# f: [0,1]-->]0,1[, f injective

• Oct 1st 2010, 06:31 AM
sunmalus
f: [0,1]-->]0,1[, f injective
Hello,
I'm looking for a injective function defined as f: [0,1]-->]0,1[.
How should I start?
f:A--->B
A=[0,1]={x:0<=x<=1}
B=]0,1[={f(x):0<f(x)<1}
f(A)=B
x=y => f(x)=f(y) for all x,y in A.
It's not arctan(x) because im(arctan(x)) with x in[0,1] is not ]0,1[. So I rather think that f is only injective in [0,1].
I'm also thinking maybe I need to find f(x)^-1 first and then f(x), (since f is injective).

• Oct 1st 2010, 07:03 AM
Plato
The easy way is to shift a countable set.
Let $\displaystyle T=\{0\}\cup\{\frac{1}{n}:n\in\mathbb{Z}^+\}$.
Then define $\displaystyle f(x) = \left\{ {\begin{array}{r,l} {\frac{1}{{x^{-1} + 2}},} & {x \in T\setminus\{0\}} \\ {x,} & {x \in [0,1]\backslash T} \\ \end{array} } \right.~\&~f(0)=\frac{1}{2}$
• Oct 1st 2010, 08:15 AM
Swlabr
Quote:

Originally Posted by Plato
The easy way is to shift a countable set.
Let $\displaystyle T=\{0\}\cup\{\frac{1}{n}:n\in\mathbb{Z}^+\}$.
Then define $\displaystyle f(x) = \left\{ {\begin{array}{r,l} {\frac{1}{{x^{-1} + 2}},} & {x \in T\setminus\{0\}} \\ {x,} & {x \in [0,1]\backslash T} \\ \end{array} } \right.~\&~f(0)=\frac{1}{2}$

Can you not just divide everything by 2 and add a quarter,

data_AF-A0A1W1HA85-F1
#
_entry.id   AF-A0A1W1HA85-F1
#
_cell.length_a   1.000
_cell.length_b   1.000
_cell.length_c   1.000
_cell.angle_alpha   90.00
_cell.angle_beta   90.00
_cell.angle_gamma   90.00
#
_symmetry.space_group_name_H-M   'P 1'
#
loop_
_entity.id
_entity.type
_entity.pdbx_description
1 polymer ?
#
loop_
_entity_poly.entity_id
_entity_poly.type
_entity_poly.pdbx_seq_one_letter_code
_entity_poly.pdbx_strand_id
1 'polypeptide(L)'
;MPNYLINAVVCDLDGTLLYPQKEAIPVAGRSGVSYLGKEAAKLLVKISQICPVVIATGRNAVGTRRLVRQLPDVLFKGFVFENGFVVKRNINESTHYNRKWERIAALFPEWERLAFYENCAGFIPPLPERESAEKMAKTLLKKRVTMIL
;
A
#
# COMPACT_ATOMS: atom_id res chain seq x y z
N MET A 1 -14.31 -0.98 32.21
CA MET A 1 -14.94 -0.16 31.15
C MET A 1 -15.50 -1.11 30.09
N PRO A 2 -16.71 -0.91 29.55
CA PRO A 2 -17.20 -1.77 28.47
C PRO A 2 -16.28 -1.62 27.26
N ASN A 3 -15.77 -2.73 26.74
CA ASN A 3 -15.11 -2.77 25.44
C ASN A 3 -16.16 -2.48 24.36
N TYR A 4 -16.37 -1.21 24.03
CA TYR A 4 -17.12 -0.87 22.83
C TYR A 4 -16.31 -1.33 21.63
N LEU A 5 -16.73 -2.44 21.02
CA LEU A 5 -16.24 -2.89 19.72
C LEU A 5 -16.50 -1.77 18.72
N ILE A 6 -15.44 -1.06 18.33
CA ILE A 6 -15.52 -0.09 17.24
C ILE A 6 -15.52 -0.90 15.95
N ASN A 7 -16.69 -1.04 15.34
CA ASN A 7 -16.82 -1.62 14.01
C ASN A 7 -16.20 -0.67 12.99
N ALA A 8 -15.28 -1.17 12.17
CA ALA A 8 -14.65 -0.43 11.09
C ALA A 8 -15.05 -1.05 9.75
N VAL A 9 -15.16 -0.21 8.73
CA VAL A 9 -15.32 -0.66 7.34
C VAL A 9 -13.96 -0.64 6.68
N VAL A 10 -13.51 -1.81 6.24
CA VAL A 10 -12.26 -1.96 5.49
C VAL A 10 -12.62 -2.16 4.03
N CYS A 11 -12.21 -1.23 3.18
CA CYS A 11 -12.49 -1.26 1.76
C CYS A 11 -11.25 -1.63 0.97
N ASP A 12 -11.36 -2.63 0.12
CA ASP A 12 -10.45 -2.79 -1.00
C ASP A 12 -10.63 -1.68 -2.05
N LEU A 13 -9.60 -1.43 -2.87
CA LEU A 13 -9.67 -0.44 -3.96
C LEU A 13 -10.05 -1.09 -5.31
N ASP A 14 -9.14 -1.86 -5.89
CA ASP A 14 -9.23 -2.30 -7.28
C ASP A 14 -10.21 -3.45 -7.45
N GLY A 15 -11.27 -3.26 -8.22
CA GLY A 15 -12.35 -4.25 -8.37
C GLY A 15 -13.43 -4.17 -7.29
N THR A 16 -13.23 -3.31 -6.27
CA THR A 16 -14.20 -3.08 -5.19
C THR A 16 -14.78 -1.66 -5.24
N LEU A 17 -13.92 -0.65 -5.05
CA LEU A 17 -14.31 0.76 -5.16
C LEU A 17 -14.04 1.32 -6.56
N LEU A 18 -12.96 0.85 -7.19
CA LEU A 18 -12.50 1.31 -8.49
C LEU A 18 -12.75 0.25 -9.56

$\displaystyle f(x) = \frac{2x+1}{4}$? It's clearly injective, and maps to the interval $\displaystyle [\frac{1}{4}, \frac{3}{4}]\subset (0, 1)$...
• Oct 1st 2010, 08:28 AM
sunmalus
$\displaystyle$f(x) \colon [ 0,1 ] \longrightarrow ]0,1[$$not \displaystyle f(x) \colon [ 0,1 ] \longrightarrow [\frac{1}{4},\frac{3}{4}]... • Oct 1st 2010, 08:33 AM Swlabr Quote: Originally Posted by sunmalus \displaystyle f(x) \colon [ 0,1 ] \longrightarrow ]0,1[$$ not $\displaystyle f(x) \colon [ 0,1 ] \longrightarrow [\frac{1}{4},\frac{3}{4}]$...

Well, if by $\displaystyle ]0, 1[$ you mean the open set $\displaystyle (0, 1)$ ($\displaystyle [0, 1]$ without the endpoints) then that is what that function does. It's just notation. There is no need for the function to be surjective.
• Oct 1st 2010, 09:08 AM
sunmalus
I am very sorry but I meant f bijective and not f injective. So the example given by Plato still works because it is also surjective.
My apologies again.